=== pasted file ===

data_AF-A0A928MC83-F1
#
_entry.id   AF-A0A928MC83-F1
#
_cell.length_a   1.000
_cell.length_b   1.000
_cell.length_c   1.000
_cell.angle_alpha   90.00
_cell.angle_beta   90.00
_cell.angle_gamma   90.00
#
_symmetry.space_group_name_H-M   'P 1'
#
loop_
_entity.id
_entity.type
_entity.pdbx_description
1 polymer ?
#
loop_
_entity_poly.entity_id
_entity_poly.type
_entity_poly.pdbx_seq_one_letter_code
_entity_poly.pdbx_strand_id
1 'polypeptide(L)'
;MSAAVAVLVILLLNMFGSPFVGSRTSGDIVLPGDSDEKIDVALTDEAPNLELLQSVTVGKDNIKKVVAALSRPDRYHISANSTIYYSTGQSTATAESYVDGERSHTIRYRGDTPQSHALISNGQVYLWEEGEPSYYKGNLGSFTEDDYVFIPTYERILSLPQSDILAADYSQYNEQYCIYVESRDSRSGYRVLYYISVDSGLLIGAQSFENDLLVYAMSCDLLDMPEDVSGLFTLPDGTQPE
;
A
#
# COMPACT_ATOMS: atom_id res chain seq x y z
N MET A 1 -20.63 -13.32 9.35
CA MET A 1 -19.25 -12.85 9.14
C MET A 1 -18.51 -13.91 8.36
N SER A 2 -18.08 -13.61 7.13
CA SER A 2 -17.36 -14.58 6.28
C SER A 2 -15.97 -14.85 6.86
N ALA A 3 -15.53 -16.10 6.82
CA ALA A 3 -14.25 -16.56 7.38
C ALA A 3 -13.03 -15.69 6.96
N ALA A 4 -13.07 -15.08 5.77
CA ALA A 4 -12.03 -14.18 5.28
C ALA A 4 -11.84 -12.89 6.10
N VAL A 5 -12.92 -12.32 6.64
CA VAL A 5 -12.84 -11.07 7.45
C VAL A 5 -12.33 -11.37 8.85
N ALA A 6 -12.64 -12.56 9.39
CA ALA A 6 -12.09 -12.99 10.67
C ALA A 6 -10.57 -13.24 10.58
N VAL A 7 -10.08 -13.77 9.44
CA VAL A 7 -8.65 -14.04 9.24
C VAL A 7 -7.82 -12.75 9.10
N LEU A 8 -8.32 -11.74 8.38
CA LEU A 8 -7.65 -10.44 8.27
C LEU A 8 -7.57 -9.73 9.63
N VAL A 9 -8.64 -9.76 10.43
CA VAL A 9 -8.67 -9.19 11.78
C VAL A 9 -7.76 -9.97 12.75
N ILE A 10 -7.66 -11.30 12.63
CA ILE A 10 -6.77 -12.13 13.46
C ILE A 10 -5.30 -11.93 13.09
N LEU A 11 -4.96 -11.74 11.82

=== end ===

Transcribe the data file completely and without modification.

data_AF-A0A928MC83-F1
#
_entry.id   AF-A0A928MC83-F1
#
_cell.length_a   1.000
_cell.length_b   1.000
_cell.length_c   1.000
_cell.angle_alpha   90.00
_cell.angle_beta   90.00
_cell.angle_gamma   90.00
#
_symmetry.space_group_name_H-M   'P 1'
#
loop_
_entity.id
_entity.type
_entity.pdbx_description
1 polymer ?
#
loop_
_entity_poly.entity_id
_entity_poly.type
_entity_poly.pdbx_seq_one_letter_code
_entity_poly.pdbx_strand_id
1 'polypeptide(L)'
;MSAAVAVLVILLLNMFGSPFVGSRTSGDIVLPGDSDEKIDVALTDEAPNLELLQSVTVGKDNIKKVVAALSRPDRYHISANSTIYYSTGQSTATAESYVDGERSHTIRYRGDTPQSHALISNGQVYLWEEGEPSYYKGNLGSFTEDDYVFIPTYERILSLPQSDILAADYSQYNEQYCIYVESRDSRSGYRVLYYISVDSGLLIGAQSFENDLLVYAMSCDLLDMPEDVSGLFTLPDGTQPE
;
A
#
# COMPACT_ATOMS: atom_id res chain seq x y z
N MET A 1 -20.63 -13.32 9.35
CA MET A 1 -19.25 -12.85 9.14
C MET A 1 -18.51 -13.91 8.36
N SER A 2 -18.08 -13.61 7.13
CA SER A 2 -17.36 -14.58 6.28
C SER A 2 -15.97 -14.85 6.86
N ALA A 3 -15.53 -16.10 6.82
CA ALA A 3 -14.25 -16.56 7.38
C ALA A 3 -13.03 -15.69 6.96
N ALA A 4 -13.07 -15.08 5.77
CA ALA A 4 -12.03 -14.18 5.28
C ALA A 4 -11.84 -12.89 6.10
N VAL A 5 -12.92 -12.32 6.64
CA VAL A 5 -12.84 -11.07 7.45
C VAL A 5 -12.33 -11.37 8.85
N ALA A 6 -12.64 -12.56 9.39
CA ALA A 6 -12.09 -12.99 10.67
C ALA A 6 -10.57 -13.24 10.58
N VAL A 7 -10.08 -13.77 9.44
CA VAL A 7 -8.65 -14.04 9.24
C VAL A 7 -7.82 -12.75 9.10
N LEU A 8 -8.32 -11.74 8.38
CA LEU A 8 -7.65 -10.44 8.27
C LEU A 8 -7.57 -9.73 9.63
N VAL A 9 -8.64 -9.76 10.43
CA VAL A 9 -8.67 -9.19 11.78
C VAL A 9 -7.76 -9.97 12.75
N ILE A 10 -7.66 -11.30 12.63
CA ILE A 10 -6.77 -12.13 13.46
C ILE A 10 -5.30 -11.93 13.09
N LEU A 11 -4.96 -11.74 11.82